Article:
International day of education

24th of January is dedicated to education for everyone.

Worldwide, there are still 244 million children and youth out of school, and 771 million adults are illiterate (UNESCO). Their right to education is being violated and it is unacceptable. We agree with the UN General Assembly and take today`s international day of education to remember: It's time to transform education.

Extreme poverty, neglect and exclusion lead to children being prevented from being educated. We at CONCORDIA strongly believe that the cycle of poverty across entire generations can only be changed through education. This methodology is a unifying theme across all our programmes, and at a systemic level.

What are the educational opportunities in CONCORDIA project countries?

Bulgaria has the highest rate of child poverty in the European Union, with more than half of children living in or at risk of poverty. Besides child discrimination, lack of education is one of the leading factors which contribute to child poverty in the country. Even though the Bulgarian government mandates provision of cost-free pre-primary education, many areas do not have the resources to provide this free of charge.

Kosovo and the Republic of Moldova remain the two poorest countries in Europe with an estimated poverty rate above 26% 4. As a result, children’s access to health, education and other social services remains limited, especially for the most disadvantaged. In Kosovo, children from Roma, Ashkali and Egyptian communities are particularly underserved, as are those who live in rural areas. Behind this, structural disadvantage and marginalisation is a problem. Girls are especially at risk of having no access to education as they are forced into child marriages.

In Romania we are talking about one in eleven children going to bed hungry and 18% of children drop out of school. In families with parents who have received only lower secondary education or less, the at-risk- of- poverty rate for children aged 0-17 is 75,1% (Eurostat data Romania.

Unfortunately, also in Austria: A child whose parents have little money, education and/or a mother tongue other than German therefore has fewer opportunities. It faces a great challenge if he wants to follow a successful educational path. Its potential plays a subordinate role.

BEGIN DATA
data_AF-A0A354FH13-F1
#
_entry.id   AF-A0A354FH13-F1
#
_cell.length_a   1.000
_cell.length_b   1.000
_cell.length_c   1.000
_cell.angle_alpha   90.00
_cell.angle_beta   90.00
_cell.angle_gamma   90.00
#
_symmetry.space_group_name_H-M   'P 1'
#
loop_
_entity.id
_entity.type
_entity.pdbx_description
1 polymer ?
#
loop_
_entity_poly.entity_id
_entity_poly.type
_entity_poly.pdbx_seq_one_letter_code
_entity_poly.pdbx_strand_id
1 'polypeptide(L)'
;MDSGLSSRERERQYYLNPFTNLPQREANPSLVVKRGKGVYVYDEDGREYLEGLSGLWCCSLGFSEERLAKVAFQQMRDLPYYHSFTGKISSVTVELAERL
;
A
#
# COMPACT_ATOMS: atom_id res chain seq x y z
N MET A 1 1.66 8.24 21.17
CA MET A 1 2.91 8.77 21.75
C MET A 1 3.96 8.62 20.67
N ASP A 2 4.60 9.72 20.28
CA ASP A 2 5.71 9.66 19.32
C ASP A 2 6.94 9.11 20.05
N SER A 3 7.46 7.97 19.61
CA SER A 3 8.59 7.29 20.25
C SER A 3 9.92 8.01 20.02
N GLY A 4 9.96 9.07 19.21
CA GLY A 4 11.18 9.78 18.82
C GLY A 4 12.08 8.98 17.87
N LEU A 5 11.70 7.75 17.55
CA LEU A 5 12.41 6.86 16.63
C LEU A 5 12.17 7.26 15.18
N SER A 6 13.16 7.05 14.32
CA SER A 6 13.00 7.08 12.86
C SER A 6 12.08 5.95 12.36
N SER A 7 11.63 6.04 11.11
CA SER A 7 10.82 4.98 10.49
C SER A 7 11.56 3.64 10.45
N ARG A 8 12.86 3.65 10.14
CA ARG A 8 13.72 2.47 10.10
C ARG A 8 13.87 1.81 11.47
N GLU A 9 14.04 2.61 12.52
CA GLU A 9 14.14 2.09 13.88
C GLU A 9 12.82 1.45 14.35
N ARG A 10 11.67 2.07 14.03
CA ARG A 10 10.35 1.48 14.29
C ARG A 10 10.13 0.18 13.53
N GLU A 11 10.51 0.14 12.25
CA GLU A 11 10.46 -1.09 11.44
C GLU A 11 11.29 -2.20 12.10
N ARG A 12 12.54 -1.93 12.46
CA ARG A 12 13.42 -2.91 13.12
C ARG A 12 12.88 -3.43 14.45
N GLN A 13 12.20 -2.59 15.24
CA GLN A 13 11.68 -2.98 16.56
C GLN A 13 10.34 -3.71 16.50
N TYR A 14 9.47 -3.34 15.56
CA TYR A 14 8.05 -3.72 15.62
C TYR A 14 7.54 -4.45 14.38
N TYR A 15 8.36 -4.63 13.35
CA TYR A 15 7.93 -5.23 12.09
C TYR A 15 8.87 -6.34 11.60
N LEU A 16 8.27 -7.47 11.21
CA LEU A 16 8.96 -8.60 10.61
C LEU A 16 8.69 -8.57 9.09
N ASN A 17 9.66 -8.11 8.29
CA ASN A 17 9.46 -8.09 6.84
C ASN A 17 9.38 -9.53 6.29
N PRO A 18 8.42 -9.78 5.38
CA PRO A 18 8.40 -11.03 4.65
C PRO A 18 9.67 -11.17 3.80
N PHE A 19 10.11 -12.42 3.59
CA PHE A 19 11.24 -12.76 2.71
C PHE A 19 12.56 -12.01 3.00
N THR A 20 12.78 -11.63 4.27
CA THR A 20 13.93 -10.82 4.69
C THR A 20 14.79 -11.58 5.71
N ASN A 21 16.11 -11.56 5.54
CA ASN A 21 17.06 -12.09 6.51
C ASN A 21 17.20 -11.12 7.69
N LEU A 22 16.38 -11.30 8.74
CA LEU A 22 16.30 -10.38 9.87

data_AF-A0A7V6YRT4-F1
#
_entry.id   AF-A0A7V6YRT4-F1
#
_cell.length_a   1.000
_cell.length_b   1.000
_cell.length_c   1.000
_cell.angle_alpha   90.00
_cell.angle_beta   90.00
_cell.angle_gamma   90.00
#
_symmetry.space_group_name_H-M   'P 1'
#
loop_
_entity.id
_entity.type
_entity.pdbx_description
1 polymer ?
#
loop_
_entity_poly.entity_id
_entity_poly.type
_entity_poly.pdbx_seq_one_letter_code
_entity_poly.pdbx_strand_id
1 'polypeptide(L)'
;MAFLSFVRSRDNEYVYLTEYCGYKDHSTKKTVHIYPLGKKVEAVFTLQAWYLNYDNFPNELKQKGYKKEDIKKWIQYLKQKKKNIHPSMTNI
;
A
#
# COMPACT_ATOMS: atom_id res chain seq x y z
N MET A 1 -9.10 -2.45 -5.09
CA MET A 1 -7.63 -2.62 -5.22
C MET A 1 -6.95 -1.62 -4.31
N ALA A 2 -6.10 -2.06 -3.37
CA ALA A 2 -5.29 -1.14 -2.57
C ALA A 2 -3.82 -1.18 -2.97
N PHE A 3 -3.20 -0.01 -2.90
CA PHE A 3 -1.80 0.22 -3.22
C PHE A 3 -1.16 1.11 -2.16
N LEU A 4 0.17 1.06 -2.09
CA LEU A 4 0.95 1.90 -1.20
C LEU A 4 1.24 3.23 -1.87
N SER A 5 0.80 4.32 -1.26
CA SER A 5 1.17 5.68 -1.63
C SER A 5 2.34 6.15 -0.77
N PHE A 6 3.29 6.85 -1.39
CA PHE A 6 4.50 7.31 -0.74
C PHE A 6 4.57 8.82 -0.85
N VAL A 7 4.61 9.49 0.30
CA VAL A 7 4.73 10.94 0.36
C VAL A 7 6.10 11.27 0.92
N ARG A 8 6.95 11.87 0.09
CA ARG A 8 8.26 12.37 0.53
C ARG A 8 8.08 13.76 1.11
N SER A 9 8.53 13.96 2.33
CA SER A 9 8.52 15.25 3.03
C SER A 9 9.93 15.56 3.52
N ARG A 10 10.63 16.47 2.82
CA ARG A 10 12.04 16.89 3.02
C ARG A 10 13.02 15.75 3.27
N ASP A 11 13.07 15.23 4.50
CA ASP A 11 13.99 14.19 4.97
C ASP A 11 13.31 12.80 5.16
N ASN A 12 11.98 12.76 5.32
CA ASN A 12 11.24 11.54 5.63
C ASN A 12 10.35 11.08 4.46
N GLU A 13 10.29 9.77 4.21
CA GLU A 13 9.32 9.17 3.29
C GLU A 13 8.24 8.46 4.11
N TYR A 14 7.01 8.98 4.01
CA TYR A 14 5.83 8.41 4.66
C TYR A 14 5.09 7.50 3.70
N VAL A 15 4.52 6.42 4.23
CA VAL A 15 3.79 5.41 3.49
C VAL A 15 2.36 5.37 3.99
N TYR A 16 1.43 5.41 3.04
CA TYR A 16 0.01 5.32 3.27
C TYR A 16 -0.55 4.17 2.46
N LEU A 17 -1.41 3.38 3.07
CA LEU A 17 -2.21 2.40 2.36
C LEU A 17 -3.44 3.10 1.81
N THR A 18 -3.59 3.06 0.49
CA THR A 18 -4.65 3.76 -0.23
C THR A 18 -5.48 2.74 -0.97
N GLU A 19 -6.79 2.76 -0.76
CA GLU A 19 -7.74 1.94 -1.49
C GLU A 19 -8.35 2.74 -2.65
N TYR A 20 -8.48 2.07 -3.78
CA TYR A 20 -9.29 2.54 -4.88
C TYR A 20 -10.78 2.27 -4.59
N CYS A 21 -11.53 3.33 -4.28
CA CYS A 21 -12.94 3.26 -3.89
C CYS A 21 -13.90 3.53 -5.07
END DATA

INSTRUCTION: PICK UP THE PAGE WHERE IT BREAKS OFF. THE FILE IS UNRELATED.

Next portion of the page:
What CONCORDIA contributes to children's education

In our programmes, we work to ensure that all children have equal access to and equal participation in quality education.

  • We work holistically and promote lifelong learning.
  • We are there to help where schools are stuck or failing. Our day centres are not only about educational success, but also about health (mental/physical), poverty alleviation (social counselling and coaching for parents) and much more. We support children in catching up and repeating the material so that they do not lose touch.
  • We see children and their individual needs at the centre of education and the responsibility for adaptation lies with the education system and not with the individual child.
  • We actively work to ensure that children are equipped not only with knowledge, skills and values, but also with an enthusiasm for learning.
[Translate to English:] Familie Nazari - Concordia Sozialprojekte
Liah (29), fled from the Taliban with her husband and two children, and uses the courses offered at the LenZ Learning and Family Centre in Vienna.
"As a girl, under the Taliban, I was not allowed to go to school, let alone outside the front door on my own. In Austria, I learned the alphabet for the first time, and here I can catch up on many things. When I look at my daughter today, who is attending grade 1 of primary school this year, I am happy. "

Further information on our educational programmes:

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